Scott Adsit, Photo by Nicole Rivelli/NBC

Scott Adsit, Photo by Nicole Rivelli/NBC

The fourth year of Duofest, the only improv festival in the world for comedic duos, will be presented by the Philly Improv Theater, 1500 Walnut Street, Suite 700 from June 6th to 9th. The festival will be stocked with 30+ of the best improv duos from around the country and the world, worshops with Asaf Ronen and Mark Chalfant, and parties. Look out for big hitters like 30 Rock star Scott Adsit. (SCHED + TIX)

America’s oldest residential street Elfreth’s Alley will open its doors for Fete Day, this Saturday from 12pm to 5pm. For $10 (students) to $55 (families), sample authentic colonial cookery, original plays, colonial games, scavenger hunts, and historic characters. (TIX)

The largest African American festival in the country,  ODUNDE, is on Sunday, June 9, from 10am to 8pm on 23rd and South Streets. Observe one of the original models for African American festivals with up to 500,000 attendees, over 100 arts & craft and food vendors, and two stages for live music over the expanse of 12-city blocks. (SCHED)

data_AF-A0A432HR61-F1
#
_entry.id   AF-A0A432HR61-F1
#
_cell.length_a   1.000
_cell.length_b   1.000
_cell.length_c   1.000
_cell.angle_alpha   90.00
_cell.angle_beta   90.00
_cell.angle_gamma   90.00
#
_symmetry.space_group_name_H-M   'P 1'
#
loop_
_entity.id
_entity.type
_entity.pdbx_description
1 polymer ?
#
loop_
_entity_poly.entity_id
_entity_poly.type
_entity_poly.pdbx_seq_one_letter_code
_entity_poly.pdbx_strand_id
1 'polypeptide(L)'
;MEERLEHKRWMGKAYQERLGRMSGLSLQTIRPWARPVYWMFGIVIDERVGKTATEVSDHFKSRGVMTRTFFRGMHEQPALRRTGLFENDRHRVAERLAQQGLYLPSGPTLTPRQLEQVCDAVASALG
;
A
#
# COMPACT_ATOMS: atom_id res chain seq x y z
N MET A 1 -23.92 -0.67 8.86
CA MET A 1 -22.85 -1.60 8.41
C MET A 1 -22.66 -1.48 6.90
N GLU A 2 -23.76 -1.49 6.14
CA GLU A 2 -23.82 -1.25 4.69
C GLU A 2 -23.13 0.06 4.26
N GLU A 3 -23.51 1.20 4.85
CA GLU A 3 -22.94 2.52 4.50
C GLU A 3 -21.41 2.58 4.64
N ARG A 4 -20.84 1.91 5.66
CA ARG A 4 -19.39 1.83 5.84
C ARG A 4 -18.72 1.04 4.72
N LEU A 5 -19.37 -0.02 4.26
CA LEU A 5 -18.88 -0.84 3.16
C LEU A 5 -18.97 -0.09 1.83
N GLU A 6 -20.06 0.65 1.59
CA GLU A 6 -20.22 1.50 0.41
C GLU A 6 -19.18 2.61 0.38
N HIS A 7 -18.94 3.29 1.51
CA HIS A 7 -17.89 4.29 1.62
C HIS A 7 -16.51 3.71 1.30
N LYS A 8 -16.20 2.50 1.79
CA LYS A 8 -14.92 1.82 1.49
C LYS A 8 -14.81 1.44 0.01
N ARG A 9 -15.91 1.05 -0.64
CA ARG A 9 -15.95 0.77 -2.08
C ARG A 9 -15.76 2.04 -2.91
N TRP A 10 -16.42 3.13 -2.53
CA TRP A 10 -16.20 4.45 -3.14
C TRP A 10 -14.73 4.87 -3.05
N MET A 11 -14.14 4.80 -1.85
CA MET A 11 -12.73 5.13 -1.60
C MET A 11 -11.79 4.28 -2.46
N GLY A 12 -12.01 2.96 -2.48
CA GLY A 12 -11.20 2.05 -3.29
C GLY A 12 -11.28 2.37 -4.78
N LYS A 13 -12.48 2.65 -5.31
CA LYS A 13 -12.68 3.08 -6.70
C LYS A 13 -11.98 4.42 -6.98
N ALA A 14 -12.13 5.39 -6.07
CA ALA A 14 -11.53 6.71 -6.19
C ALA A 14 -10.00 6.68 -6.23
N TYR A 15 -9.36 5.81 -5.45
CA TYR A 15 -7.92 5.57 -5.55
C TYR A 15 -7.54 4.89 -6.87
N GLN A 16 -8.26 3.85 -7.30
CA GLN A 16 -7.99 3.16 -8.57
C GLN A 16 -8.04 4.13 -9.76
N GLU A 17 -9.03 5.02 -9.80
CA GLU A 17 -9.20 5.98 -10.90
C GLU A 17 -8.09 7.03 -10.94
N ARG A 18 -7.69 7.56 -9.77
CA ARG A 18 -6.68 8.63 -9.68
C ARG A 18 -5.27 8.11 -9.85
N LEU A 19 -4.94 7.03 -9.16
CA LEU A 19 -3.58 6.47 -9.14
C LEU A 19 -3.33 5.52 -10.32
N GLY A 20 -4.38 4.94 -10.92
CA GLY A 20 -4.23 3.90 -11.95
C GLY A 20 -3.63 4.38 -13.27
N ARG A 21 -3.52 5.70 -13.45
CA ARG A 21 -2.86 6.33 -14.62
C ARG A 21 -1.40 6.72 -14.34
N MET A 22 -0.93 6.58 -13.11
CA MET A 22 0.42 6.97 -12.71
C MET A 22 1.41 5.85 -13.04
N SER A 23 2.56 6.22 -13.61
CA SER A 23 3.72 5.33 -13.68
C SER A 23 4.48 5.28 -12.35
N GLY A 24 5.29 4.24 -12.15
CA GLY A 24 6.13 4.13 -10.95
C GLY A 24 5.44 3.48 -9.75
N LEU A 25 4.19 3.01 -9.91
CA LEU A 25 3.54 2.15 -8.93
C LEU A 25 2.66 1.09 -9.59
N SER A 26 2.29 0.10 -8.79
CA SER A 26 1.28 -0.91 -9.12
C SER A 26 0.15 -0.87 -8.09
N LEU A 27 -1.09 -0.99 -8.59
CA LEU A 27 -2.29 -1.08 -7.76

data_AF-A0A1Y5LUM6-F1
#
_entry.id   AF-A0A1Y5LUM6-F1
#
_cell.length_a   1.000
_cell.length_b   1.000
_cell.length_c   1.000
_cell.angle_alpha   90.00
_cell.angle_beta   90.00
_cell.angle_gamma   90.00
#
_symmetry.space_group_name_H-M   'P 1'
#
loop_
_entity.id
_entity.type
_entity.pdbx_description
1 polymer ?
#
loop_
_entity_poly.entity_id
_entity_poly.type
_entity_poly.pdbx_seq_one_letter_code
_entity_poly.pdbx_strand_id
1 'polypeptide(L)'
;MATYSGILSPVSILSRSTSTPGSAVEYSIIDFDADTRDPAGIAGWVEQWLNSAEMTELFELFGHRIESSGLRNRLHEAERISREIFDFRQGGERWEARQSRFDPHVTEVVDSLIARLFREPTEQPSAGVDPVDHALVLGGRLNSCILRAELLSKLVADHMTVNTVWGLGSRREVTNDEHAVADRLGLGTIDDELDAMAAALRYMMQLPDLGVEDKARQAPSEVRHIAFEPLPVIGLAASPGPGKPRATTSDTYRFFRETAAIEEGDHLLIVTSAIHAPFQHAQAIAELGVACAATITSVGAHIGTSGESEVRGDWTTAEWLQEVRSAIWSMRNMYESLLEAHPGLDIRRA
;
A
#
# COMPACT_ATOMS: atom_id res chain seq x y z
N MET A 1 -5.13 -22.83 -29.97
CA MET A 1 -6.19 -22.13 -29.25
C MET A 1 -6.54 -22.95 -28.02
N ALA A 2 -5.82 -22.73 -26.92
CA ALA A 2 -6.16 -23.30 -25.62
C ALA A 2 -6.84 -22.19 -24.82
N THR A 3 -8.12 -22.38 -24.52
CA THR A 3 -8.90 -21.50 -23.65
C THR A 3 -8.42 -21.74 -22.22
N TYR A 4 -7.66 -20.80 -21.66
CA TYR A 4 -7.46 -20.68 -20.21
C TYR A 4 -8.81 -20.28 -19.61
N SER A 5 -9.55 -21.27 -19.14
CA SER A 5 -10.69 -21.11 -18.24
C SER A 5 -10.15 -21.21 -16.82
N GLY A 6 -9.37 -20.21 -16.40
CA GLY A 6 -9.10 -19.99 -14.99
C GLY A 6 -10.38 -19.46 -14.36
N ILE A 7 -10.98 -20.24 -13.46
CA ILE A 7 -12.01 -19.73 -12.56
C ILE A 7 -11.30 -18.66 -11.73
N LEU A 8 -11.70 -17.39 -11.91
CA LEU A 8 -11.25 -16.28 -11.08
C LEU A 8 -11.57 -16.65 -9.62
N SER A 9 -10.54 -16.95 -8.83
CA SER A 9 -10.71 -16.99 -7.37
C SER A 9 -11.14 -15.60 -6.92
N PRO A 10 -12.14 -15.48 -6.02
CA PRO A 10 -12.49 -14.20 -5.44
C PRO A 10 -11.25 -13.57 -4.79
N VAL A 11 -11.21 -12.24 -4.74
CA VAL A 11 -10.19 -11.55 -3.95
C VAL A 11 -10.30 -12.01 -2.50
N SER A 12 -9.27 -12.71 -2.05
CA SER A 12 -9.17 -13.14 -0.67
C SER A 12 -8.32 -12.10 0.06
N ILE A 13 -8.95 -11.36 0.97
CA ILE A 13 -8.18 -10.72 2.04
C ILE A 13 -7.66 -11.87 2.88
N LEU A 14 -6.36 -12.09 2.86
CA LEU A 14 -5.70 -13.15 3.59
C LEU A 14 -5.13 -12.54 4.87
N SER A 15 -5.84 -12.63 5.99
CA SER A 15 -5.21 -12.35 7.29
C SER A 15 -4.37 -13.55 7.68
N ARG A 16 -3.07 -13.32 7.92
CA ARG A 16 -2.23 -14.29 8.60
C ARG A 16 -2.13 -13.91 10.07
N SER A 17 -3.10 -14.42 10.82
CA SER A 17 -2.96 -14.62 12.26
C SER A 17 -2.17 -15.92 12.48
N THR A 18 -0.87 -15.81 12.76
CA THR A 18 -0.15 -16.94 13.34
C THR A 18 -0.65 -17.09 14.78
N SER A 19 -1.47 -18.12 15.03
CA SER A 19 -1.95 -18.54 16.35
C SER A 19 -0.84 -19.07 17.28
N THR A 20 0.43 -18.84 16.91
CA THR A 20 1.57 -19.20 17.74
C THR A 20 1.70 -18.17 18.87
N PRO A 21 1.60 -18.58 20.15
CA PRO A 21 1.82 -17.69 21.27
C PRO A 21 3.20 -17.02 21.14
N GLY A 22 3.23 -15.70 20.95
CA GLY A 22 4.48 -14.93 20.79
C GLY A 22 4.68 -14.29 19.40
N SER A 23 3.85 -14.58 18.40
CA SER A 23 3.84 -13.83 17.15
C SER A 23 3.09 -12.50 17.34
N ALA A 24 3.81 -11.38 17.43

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The Beat on Brat

Posted September 14th, 2012

Madi, in situ

“I lost the best actress award to Lynn Redgrave, which is awesome!” says Madi Distefano, of her 2004 Barrymore Award nomination for Popsicle’s Departure, 1989. That show was also nominated for outstanding new play at that year’s Barrymores, but got even greater plaudits when it moved to the Edinburgh Fringe: best solo show.